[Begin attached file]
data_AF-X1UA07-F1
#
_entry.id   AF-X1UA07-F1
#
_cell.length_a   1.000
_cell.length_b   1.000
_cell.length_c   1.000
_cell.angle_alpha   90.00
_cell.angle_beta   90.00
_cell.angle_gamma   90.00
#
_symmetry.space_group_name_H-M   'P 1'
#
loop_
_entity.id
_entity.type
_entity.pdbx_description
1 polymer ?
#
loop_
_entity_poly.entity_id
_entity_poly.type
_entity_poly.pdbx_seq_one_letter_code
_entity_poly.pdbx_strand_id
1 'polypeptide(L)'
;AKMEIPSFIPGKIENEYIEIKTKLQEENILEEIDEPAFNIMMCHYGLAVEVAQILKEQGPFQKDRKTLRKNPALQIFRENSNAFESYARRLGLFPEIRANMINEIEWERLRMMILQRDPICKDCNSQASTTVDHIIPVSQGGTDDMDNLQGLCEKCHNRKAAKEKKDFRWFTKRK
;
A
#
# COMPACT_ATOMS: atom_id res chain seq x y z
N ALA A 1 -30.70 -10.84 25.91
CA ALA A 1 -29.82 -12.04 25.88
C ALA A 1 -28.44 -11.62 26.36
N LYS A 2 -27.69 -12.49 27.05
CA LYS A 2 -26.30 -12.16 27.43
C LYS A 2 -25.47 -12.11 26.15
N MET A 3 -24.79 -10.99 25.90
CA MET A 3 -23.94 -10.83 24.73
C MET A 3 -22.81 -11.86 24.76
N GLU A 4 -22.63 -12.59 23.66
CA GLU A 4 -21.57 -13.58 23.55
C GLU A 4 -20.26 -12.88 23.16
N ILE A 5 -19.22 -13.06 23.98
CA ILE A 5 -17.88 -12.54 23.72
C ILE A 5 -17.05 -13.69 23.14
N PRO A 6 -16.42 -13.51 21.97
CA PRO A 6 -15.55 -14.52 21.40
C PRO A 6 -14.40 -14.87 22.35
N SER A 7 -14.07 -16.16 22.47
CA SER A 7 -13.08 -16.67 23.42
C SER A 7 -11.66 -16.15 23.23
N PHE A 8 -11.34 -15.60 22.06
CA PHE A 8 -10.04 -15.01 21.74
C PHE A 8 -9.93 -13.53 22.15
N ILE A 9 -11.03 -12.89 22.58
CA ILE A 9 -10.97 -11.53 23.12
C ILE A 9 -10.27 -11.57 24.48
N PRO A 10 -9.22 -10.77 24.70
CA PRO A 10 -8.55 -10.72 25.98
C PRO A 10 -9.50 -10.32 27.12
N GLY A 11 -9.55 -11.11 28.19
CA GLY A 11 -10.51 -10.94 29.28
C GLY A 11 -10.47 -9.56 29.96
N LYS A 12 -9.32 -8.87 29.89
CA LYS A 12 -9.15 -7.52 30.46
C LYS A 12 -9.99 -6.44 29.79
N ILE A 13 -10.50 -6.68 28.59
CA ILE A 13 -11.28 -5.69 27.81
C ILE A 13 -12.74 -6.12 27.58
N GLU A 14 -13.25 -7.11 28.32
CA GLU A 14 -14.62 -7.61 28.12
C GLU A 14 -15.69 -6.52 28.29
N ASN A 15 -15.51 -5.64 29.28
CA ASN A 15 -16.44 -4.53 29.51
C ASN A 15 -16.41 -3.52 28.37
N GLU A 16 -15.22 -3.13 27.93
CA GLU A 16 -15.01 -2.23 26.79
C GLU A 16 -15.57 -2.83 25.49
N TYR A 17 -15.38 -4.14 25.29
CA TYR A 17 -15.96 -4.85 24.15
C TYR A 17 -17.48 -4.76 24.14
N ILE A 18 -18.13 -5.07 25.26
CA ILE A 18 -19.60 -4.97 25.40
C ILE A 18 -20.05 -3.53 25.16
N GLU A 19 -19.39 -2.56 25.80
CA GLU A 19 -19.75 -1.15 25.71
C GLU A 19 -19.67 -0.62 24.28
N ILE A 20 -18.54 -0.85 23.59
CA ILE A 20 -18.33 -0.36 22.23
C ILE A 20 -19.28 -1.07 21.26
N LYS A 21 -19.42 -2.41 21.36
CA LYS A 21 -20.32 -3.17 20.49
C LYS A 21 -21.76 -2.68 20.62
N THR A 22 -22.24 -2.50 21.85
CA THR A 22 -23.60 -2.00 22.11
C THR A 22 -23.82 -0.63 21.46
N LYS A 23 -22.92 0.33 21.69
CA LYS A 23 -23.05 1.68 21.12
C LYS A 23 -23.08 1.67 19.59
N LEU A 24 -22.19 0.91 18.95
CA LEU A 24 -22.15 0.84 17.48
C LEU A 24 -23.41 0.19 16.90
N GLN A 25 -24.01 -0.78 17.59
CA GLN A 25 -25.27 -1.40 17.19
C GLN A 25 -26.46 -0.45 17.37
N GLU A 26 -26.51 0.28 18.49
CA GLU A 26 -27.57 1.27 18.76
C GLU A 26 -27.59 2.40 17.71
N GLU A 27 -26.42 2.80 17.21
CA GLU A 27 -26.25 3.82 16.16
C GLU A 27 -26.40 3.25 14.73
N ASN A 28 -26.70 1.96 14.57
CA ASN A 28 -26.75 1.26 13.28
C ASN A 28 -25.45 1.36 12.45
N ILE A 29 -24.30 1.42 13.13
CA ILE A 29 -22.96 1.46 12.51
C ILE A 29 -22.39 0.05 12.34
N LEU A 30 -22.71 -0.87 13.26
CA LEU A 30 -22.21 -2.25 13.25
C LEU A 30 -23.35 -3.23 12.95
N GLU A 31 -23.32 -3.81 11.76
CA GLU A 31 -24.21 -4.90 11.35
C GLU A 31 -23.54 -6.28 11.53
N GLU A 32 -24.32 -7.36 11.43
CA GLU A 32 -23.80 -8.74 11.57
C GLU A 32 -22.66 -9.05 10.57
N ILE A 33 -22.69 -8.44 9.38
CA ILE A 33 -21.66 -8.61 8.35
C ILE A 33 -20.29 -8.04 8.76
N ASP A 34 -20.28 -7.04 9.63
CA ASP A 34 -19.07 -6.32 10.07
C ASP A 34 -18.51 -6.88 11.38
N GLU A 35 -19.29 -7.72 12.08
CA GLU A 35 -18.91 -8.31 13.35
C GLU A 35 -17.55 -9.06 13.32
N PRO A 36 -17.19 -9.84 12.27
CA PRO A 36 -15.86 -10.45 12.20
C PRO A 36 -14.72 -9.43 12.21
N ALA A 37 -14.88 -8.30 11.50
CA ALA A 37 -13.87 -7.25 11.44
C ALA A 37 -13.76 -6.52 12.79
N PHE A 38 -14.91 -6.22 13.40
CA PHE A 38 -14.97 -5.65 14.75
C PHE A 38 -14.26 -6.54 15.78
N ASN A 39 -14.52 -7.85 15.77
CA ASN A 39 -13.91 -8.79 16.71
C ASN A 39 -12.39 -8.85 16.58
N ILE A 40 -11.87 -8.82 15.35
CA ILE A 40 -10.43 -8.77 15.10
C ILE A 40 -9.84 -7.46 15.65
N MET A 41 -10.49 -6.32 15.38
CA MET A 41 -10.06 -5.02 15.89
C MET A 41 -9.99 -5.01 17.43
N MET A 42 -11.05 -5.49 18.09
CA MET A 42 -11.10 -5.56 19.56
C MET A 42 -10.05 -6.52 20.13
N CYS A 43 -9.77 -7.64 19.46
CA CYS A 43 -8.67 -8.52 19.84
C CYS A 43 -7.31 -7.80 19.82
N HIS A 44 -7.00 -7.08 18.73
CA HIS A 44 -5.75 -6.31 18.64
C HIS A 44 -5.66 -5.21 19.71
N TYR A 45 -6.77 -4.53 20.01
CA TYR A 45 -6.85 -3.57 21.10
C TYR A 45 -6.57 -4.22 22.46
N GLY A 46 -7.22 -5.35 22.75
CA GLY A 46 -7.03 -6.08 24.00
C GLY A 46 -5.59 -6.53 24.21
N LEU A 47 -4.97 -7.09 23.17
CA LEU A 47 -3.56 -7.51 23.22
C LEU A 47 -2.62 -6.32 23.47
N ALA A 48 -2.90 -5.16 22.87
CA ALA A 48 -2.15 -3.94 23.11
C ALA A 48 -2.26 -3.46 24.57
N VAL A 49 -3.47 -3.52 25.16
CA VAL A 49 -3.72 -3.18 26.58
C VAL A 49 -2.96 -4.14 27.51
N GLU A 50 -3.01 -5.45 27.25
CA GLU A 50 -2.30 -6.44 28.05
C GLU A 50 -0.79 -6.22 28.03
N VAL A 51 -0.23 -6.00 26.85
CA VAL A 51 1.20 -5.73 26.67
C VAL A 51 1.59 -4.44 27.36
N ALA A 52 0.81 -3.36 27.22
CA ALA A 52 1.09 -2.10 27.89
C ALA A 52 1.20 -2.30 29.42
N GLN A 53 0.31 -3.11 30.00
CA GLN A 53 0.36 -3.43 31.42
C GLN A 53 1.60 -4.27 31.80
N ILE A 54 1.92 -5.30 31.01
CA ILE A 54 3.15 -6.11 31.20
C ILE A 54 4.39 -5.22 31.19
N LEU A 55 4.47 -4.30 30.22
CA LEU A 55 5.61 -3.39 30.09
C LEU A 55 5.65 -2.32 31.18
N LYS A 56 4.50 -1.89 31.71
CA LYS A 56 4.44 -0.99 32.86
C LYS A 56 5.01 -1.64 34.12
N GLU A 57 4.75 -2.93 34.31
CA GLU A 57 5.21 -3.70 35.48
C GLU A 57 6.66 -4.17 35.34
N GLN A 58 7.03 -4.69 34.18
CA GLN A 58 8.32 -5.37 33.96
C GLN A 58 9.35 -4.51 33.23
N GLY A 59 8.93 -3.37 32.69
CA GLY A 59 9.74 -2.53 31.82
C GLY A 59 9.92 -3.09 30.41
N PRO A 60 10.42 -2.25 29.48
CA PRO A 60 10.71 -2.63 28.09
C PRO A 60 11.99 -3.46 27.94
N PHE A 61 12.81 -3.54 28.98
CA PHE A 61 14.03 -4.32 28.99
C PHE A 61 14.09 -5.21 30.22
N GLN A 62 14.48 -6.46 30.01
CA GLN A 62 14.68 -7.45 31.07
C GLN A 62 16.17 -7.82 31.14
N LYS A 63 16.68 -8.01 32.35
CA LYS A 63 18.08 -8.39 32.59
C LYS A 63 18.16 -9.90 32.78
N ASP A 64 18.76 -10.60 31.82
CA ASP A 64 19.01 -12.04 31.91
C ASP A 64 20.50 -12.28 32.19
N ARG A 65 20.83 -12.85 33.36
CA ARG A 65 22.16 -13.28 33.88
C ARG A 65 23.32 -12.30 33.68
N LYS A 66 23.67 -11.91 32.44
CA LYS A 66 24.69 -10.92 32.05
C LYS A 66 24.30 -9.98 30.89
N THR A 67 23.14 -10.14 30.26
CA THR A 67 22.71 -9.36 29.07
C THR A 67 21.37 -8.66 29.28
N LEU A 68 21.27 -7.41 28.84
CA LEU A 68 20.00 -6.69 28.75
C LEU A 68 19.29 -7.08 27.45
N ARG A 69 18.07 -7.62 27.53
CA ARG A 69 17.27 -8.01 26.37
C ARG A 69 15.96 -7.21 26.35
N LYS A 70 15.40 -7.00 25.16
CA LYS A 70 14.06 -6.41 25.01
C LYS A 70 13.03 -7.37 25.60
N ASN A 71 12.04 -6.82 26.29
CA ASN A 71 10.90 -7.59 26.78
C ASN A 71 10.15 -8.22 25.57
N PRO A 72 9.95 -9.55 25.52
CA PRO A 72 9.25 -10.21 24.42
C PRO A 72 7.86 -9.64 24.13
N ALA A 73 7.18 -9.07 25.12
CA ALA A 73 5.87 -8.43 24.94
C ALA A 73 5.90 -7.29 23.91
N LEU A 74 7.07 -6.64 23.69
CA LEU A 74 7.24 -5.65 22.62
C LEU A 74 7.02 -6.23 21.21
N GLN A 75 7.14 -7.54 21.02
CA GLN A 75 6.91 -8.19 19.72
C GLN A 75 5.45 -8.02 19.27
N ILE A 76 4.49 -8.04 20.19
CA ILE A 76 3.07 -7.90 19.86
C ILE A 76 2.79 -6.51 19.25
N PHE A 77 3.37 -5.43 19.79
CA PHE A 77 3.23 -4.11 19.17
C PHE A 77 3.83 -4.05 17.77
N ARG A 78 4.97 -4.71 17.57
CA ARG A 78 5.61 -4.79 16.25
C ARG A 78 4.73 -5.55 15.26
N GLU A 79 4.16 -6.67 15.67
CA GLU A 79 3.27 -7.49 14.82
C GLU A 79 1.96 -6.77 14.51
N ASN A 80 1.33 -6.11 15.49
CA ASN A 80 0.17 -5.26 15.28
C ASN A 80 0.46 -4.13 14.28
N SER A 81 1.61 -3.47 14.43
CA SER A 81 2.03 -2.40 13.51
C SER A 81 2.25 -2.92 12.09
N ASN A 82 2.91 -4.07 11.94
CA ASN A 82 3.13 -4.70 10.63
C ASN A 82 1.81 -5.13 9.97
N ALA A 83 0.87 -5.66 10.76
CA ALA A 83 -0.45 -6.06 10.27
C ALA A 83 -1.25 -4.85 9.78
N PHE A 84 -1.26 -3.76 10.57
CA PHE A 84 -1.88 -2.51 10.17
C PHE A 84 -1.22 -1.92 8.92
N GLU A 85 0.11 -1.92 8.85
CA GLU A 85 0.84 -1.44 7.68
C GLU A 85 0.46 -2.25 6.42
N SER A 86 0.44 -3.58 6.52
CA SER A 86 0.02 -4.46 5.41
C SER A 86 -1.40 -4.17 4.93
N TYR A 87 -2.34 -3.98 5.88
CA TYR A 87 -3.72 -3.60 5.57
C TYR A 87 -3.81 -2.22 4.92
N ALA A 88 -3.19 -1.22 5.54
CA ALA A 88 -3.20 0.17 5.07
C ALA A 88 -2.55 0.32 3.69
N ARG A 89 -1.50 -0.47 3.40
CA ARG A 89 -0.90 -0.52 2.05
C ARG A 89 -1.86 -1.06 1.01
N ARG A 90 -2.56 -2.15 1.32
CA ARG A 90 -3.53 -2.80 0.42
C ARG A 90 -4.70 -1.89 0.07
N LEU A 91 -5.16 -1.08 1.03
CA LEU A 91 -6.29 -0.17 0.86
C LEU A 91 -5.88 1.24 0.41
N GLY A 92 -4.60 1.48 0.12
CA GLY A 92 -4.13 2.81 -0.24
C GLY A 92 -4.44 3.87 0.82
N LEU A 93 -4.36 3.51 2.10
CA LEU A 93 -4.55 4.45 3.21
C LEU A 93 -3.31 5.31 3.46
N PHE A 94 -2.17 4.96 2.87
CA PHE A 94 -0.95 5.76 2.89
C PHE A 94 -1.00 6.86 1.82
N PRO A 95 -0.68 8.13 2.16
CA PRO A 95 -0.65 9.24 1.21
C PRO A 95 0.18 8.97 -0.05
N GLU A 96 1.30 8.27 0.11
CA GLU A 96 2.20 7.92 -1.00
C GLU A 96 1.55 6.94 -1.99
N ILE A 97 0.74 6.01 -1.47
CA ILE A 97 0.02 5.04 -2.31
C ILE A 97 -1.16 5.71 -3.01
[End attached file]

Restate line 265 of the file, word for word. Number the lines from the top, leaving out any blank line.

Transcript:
N GLU A 79 4.16 -6.67 15.67